Since the With Respect For Old Age report by the Royal Commission was published, there have been constant requests for interviews with Sally. We've also had many members of the public ringing in, particularly in response to the report's suggestion that the older people shouldn't have to sell their houses in order to pay for nursing care - which upsets people terribly. The system is unfair: whereas cancer and coronaries qualify for free health care, people with Alzheimer's, which is associated with ageing, are still means tested. It makes me angry to see that people who have done a lot for their country are now being neglected.
One of the aims of Age Concern is to campaign for improvement in the quality of life for the elderly. This is a busy year for us: not only do we run the secretariat for the UN Year of Older People but we are also co-ordinating the Millennium Debate of the Age, an ongoing forum in which people discuss how they see themselves, their work and their lifestyles in 50 years' time. It's a good way of making people aware of the ageing issue. To me, the most important thing to realise is that we are all ageing from the day we are born. Although I used to visit old people when at school and college, I hadn't had any direct experience of looking after an elderly relative.
People will more willingly support children than the elderly, on the grounds that old people have already had a good innings but, having worked here, I feel that age is immaterial. We are all living longer and are going to have to get used to living in a much older society. The old are an untapped resource in terms of life and experience - they can be mentors for younger people, for example. Of course, some older people might resent being grouped together. My mum, for example, who is in her seventies, lives on her own but, after experiencing an OAPs club, said she wouldn't go back because the other people were too old.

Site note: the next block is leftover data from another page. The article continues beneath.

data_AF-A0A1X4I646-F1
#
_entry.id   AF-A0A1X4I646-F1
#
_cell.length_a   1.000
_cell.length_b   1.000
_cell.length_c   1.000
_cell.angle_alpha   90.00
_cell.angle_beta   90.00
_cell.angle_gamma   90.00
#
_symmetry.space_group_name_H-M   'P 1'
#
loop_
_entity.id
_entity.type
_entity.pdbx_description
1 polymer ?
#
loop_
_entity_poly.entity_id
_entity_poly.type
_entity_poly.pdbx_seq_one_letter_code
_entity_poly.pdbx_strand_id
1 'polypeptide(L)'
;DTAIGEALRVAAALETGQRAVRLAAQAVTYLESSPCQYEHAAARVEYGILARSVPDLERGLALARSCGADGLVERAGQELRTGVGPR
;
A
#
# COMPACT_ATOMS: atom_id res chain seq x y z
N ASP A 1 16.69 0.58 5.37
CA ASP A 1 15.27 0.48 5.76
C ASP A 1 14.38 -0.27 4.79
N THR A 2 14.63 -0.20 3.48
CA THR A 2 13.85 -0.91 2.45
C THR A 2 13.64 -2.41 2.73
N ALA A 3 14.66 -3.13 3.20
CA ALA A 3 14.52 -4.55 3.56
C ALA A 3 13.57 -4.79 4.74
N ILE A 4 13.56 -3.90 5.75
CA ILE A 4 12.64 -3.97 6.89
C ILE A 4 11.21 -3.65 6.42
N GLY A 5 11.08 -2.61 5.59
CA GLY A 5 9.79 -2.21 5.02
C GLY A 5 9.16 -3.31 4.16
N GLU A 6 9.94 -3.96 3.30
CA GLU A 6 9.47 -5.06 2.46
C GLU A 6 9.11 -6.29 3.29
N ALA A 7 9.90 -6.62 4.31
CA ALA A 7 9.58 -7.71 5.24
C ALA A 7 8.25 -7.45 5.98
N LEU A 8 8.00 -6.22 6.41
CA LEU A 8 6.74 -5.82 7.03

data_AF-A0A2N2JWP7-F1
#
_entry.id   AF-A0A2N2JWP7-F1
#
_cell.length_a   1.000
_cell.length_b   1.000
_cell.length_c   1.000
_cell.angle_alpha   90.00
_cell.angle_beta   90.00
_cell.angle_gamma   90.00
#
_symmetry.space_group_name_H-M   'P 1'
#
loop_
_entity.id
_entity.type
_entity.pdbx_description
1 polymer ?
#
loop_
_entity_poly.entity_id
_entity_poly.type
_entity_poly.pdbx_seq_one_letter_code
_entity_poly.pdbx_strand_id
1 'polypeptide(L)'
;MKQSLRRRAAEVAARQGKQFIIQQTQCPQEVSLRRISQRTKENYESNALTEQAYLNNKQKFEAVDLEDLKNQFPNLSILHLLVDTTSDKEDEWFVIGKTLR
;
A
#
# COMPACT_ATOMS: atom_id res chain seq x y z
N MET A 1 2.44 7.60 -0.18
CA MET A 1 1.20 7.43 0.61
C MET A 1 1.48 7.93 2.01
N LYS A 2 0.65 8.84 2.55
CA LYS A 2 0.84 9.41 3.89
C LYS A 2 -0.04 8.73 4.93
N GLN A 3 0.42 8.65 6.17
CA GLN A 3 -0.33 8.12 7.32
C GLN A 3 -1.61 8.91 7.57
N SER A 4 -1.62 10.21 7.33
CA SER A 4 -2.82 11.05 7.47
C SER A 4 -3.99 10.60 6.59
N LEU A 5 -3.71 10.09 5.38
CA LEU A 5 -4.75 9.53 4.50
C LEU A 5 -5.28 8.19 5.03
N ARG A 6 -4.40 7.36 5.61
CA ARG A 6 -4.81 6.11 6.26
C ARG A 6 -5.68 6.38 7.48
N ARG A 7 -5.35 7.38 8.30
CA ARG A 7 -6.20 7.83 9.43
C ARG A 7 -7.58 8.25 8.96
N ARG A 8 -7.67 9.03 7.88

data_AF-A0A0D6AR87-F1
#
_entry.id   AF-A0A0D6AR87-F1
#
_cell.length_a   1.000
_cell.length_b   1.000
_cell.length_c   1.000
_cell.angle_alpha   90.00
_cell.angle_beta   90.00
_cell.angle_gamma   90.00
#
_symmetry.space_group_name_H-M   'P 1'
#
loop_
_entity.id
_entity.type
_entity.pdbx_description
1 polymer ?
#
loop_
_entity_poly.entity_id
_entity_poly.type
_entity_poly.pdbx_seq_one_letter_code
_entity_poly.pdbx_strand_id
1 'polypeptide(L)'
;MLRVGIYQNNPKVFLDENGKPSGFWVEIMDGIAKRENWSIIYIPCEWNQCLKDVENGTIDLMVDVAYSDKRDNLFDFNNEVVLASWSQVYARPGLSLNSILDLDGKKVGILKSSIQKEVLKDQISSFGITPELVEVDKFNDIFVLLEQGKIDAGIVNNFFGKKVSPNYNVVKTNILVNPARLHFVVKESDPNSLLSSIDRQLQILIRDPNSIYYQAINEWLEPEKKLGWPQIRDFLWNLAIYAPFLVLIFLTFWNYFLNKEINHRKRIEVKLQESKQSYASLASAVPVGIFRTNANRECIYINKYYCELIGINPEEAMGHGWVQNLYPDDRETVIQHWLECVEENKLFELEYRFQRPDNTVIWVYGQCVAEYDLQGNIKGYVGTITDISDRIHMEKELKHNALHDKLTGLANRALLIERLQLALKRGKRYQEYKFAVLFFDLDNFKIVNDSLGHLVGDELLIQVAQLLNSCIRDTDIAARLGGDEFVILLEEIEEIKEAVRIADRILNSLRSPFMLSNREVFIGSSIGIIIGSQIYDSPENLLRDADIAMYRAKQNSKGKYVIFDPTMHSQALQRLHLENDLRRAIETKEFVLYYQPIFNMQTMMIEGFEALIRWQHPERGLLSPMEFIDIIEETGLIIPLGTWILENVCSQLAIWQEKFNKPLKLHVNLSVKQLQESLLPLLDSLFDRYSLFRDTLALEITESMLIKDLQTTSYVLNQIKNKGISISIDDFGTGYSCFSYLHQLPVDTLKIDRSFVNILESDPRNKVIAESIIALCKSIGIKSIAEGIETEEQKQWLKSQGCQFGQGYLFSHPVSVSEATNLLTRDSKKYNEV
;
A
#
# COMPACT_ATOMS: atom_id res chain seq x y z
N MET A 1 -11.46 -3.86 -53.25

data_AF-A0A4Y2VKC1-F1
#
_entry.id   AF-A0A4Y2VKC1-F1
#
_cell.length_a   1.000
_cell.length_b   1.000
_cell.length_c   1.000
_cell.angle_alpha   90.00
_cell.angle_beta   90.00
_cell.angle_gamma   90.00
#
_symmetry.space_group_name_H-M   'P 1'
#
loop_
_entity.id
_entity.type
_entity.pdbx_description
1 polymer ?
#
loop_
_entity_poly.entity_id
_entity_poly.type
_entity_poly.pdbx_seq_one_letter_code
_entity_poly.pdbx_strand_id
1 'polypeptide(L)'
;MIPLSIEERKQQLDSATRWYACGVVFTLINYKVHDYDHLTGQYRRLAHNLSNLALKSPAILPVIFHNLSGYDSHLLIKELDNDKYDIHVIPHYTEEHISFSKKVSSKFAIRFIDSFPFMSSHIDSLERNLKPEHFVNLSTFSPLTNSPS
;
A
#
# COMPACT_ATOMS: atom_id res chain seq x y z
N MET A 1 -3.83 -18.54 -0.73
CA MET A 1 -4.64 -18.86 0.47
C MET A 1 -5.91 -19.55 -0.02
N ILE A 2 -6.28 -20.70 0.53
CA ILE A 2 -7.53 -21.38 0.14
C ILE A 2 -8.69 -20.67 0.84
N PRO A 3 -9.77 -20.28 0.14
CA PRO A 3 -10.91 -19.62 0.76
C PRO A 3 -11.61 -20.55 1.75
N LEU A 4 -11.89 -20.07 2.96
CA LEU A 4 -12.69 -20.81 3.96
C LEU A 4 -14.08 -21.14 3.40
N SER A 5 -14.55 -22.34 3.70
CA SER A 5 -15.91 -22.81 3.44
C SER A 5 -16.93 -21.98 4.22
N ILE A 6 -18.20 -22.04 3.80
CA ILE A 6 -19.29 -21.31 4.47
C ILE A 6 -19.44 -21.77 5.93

I would like people to take more notice of the elderly, particularly since they will be in the same situation one day. I think attitudes will have to change. When a relative gets old and infirm people tend not to want to know. I hope this will change. We have a number of celebrities, including Stephanie Cole and Richard Wilson, who believe in what we do and are prepared to help out. Both my son and my mother have done odd bits of work for Age Concern: my mother volunteers in a nearby shop and my son has chosen a job which involves care of the elderly.
I'm aware that I must look toward my own future and make sure that I have got my retirement sorted. I've also learnt that healthy ageing is very important and that one needs to keep active. Mind you, looking after Sally takes care of that aspect.
Sally is a great role model. People look up to her for, at 63, she's beyond the official retirement age yet busier than ever before and so fun and enthusiastic. She says that I run her life and that she can't cope when I am away, even if it's just for two hours. She's so busy that I sometimes threaten to send a cardboard cut-out of her to some of her appointments. I sometimes get calls from organisations where she's due to speak wailing "the event is beginning in five minutes and she's not here" but she always makes it in the nick of time. She rarely writes her speeches, preferring to ad-lib. Her husband, who is equally busy, relies on me to tell him where Sally is. I meet his secretary, Kathy, once a month for lunch and we tease them that we're off to talk about them.
I am devoted to Sally, but it's a give-and-take relationship. For example, when my son was playing in a big football match and had left his boots behind at my house, she couriered the shoes round to him. She's been with Age Concern for over 20 years and obviously has designs on retiring one day because she's already said that she would like me to remain working with her. Of course I gripe and groan when a day is going badly, but since I've been here so long I can't really be fed up, can I?